Starting with the conceptual framework of a basic 40/60 equity/bond (E/B) balanced fund, we put 25 per cent into what we call specialist assets (SA). For a more defensive fund, we suggest a 40/35/25 E/B/SA mix and for a more growth-oriented fund we suggest 60/15/25. In both cases, the 25 per cent going to specialist assets is being ‘funded’ from the bond segment, with the bond segment also funding a 20 per cent increase in equities in the growth-oriented fund.

So, what are specialist assets?

On the whole, they are London-listed investment trusts that invest directly in tangible assets such as property (REITs), infrastructure (including renewable energy infrastructure), airplanes (aircraft leasing) or intangible assets such as direct lending platforms or reinsurance contracts.

They do not have some of the characteristics of bonds, but nor do they have some of the characteristics of equities.

In relation to bonds, they tend to have decent yields in the order of 5-10 per cent, and income streams that are index linked (a REIT’s rental reversions for example will tend to be linked either explicitly or implicitly to CPI or RPI).

In relation to equities, they tend to have income streams that are more stable. Corporate profits will tend to fall in a recession because of operational and financial gearing, something that does not affect our specialist assets, at least not nearly to the same extent.


True, discounts of investment trusts may widen in an equity bear market, but we do not believe this to be an important risk to be avoided at all costs. Yes, you may see the market value of the trusts go down, but if the underlying income streams are stable, this ‘loss’ will be temporary, not permanent.

How do we apply MAVI in relation to specialist assets? Simple. If you know the yield and can assess future income streams, you can calculate intrinsic value.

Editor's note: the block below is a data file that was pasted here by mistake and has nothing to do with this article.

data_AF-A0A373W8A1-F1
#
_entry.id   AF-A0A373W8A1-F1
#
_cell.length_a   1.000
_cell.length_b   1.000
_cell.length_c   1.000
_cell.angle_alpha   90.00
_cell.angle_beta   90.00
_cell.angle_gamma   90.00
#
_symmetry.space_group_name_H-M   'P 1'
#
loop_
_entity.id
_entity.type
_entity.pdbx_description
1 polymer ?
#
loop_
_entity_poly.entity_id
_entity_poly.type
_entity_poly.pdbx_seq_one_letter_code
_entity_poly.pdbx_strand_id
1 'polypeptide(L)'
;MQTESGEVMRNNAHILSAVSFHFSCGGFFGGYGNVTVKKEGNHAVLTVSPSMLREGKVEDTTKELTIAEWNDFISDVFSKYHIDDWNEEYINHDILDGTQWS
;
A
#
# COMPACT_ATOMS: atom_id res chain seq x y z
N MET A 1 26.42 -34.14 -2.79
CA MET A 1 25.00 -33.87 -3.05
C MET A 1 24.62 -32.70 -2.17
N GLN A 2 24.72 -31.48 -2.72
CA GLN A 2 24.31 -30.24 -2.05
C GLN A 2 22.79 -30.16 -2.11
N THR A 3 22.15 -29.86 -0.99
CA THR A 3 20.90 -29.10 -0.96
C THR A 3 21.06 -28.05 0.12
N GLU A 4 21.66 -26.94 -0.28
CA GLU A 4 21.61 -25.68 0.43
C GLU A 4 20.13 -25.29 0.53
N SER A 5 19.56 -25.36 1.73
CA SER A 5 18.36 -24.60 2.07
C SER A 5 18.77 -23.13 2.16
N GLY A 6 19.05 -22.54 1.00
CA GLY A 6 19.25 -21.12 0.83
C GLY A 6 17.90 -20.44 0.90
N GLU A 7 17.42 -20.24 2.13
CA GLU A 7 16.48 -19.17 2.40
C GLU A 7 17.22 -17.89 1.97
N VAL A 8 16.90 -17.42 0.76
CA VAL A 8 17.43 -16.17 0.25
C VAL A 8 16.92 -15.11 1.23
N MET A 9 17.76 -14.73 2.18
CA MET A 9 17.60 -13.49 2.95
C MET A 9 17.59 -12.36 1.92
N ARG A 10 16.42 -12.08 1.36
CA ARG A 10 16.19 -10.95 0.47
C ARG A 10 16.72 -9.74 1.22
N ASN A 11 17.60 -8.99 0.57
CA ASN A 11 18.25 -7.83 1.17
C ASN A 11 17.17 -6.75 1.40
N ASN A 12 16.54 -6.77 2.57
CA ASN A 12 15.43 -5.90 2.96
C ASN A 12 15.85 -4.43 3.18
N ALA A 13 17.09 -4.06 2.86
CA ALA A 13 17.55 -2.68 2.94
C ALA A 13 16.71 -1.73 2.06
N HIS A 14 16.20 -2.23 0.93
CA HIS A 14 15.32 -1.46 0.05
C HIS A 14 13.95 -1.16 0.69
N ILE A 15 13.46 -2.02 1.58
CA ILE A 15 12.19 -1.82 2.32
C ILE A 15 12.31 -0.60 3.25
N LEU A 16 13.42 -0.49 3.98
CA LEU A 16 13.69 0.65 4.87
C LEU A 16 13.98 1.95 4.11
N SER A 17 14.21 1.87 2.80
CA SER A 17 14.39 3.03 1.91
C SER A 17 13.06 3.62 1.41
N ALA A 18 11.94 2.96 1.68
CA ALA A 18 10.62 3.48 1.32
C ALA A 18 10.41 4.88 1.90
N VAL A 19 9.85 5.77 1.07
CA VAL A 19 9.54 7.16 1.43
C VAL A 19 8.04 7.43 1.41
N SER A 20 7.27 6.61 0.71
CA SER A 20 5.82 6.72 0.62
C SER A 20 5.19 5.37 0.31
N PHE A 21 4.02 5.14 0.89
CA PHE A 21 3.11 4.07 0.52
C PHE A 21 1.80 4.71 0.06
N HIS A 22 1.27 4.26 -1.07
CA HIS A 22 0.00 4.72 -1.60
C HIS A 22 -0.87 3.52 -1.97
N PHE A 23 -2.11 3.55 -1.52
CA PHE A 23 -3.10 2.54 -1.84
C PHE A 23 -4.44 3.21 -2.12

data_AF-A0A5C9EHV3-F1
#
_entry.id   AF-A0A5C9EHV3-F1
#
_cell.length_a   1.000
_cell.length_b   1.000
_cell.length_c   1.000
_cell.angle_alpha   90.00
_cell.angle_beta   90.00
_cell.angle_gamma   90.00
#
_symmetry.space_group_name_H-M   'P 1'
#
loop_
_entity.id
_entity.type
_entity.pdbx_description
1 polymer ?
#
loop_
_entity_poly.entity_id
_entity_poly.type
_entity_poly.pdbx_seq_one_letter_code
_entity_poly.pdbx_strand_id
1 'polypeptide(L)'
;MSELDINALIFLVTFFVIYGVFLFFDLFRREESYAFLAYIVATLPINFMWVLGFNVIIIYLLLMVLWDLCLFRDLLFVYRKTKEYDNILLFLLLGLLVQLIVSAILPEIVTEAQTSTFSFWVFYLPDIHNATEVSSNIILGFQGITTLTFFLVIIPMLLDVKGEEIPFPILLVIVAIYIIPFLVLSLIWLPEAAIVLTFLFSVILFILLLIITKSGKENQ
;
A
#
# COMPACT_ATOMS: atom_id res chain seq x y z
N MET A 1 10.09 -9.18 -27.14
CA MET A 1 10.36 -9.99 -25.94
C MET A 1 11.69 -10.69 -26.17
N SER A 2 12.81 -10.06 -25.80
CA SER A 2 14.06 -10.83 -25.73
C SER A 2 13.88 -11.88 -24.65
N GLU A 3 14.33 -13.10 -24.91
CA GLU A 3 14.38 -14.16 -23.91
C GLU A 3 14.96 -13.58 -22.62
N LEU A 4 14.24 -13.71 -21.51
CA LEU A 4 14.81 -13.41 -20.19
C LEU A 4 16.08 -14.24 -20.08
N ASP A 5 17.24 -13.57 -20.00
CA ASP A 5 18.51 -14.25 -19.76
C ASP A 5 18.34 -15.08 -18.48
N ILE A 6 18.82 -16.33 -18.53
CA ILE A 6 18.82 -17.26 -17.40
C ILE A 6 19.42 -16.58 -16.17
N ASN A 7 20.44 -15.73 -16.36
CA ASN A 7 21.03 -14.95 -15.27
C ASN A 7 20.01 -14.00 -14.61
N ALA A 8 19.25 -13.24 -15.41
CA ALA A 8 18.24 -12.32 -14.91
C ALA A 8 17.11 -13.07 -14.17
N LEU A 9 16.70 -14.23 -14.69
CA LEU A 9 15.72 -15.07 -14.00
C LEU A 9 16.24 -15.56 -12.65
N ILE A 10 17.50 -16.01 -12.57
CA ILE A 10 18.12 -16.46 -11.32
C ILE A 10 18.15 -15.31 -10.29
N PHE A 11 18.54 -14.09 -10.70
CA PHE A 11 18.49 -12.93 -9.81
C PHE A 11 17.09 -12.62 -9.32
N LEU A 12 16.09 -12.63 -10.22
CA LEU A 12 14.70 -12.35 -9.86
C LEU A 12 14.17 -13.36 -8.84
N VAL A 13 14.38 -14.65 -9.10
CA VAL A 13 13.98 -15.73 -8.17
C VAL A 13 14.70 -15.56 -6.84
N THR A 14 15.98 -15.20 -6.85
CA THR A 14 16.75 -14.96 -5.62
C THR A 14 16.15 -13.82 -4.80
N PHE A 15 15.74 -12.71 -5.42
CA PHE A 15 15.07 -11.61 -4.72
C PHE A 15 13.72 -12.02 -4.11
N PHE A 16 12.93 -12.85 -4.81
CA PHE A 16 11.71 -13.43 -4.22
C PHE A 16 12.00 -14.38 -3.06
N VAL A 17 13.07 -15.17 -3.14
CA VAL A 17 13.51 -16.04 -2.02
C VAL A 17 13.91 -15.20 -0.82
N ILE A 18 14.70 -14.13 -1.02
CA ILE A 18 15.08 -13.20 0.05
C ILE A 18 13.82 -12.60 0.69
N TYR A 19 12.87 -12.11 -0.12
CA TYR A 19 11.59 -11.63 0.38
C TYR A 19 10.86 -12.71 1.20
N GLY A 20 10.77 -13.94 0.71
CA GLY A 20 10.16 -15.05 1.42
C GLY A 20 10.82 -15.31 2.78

What else can we do to protect investors from the looming bond bear market?

Well, there are three other parts of our portfolios in which we are seeking to add value through active management decisions: UK equity selection, fund selection in overseas equities and fixed income, and tactical asset allocation.

Within the UK, we focus on mid-caps, which tend over time to perform better than large-caps; they’re smaller so have more scope to grow. We also have a high conviction approach, which tends to produce better performance. As far as MAVI is concerned, we apply the more traditional aspects of value investing as set out in Graham and Dodd.

As for fund selection within overseas equities and fixed income, we again have a high conviction approach (small number of funds), but look for managers who themselves have a value investing style (the equivalent in fixed income is called relative value) whether explicit or implicit.

As for tactical asset allocation, we are looking to overweight asset classes and markets whose yields are higher than we think they should be and thus which should perform well over the next 3-5 years. Similarly, we try to underweight or avoid yields, the aforementioned safe haven bonds being a good example, that are lower than we think they should be.

So, you see that there is plenty you can do to navigate your way through the coming turbulent years and generate decent returns. You just need to know where to look.

Peter Elston is chief investment officer of Seneca Investment Managers. The views expressed above are his own and should not be taken as investment advice.